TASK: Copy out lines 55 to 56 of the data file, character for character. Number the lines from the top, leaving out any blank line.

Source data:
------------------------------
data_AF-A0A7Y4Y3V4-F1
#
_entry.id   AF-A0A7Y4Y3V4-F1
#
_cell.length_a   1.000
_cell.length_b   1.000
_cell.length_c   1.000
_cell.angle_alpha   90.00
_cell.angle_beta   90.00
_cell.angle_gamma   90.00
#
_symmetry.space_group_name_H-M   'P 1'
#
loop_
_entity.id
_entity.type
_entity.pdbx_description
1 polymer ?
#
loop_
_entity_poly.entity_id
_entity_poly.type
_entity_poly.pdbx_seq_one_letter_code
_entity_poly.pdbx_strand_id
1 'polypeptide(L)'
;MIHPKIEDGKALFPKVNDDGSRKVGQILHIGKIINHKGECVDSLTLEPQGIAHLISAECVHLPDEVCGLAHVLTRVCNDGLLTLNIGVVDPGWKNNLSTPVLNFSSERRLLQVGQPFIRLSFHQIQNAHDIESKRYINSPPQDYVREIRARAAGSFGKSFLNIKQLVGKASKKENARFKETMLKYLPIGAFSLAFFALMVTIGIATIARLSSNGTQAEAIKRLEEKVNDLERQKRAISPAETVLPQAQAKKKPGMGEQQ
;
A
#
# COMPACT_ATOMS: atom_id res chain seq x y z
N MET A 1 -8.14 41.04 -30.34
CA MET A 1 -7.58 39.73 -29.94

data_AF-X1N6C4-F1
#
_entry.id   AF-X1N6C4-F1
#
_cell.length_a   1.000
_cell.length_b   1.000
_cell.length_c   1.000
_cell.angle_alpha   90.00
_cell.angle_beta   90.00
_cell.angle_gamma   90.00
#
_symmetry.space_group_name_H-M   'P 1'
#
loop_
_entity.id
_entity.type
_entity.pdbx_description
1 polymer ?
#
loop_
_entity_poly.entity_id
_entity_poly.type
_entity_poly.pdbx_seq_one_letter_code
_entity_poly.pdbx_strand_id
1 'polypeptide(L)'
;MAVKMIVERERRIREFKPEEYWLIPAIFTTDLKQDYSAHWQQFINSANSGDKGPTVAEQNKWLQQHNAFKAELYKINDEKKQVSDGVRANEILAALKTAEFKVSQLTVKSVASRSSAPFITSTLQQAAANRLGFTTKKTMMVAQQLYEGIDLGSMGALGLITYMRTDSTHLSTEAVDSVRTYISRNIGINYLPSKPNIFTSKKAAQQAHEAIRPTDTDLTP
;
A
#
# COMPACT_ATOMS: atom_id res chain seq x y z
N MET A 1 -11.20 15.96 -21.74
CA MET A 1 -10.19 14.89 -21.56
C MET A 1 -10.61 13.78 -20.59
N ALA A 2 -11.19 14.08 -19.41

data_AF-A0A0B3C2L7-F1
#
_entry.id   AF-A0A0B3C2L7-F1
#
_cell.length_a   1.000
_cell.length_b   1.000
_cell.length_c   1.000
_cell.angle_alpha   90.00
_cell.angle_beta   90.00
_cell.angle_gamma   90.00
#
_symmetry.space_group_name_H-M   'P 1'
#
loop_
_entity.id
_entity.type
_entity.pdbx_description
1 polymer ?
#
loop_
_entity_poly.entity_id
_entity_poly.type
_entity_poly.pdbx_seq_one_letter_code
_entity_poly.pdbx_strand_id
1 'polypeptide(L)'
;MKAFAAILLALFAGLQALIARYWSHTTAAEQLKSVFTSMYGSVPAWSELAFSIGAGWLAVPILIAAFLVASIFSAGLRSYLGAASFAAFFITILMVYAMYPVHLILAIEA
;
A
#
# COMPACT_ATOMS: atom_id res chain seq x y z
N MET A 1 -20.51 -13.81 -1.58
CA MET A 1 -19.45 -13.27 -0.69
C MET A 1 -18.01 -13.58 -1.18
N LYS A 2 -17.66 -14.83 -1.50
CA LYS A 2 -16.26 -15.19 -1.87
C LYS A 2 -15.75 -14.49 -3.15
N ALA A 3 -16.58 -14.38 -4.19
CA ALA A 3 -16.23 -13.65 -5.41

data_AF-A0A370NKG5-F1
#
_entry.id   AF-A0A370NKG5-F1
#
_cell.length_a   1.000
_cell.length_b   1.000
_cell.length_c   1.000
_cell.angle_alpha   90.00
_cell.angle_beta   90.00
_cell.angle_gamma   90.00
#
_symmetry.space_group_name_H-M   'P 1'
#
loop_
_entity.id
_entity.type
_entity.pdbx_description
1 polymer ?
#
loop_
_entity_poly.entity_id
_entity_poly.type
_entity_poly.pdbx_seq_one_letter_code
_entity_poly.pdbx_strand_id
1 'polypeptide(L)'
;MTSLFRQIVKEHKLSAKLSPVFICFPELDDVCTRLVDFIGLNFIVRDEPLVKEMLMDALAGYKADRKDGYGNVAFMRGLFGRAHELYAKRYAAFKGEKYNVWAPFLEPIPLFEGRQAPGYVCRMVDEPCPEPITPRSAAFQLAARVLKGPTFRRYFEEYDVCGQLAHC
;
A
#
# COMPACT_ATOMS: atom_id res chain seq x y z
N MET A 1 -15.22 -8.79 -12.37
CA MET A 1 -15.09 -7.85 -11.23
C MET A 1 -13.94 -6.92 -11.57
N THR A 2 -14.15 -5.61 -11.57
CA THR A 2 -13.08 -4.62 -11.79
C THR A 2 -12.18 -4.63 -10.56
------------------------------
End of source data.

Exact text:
_entity_poly.pdbx_seq_one_letter_code
_entity_poly.pdbx_strand_id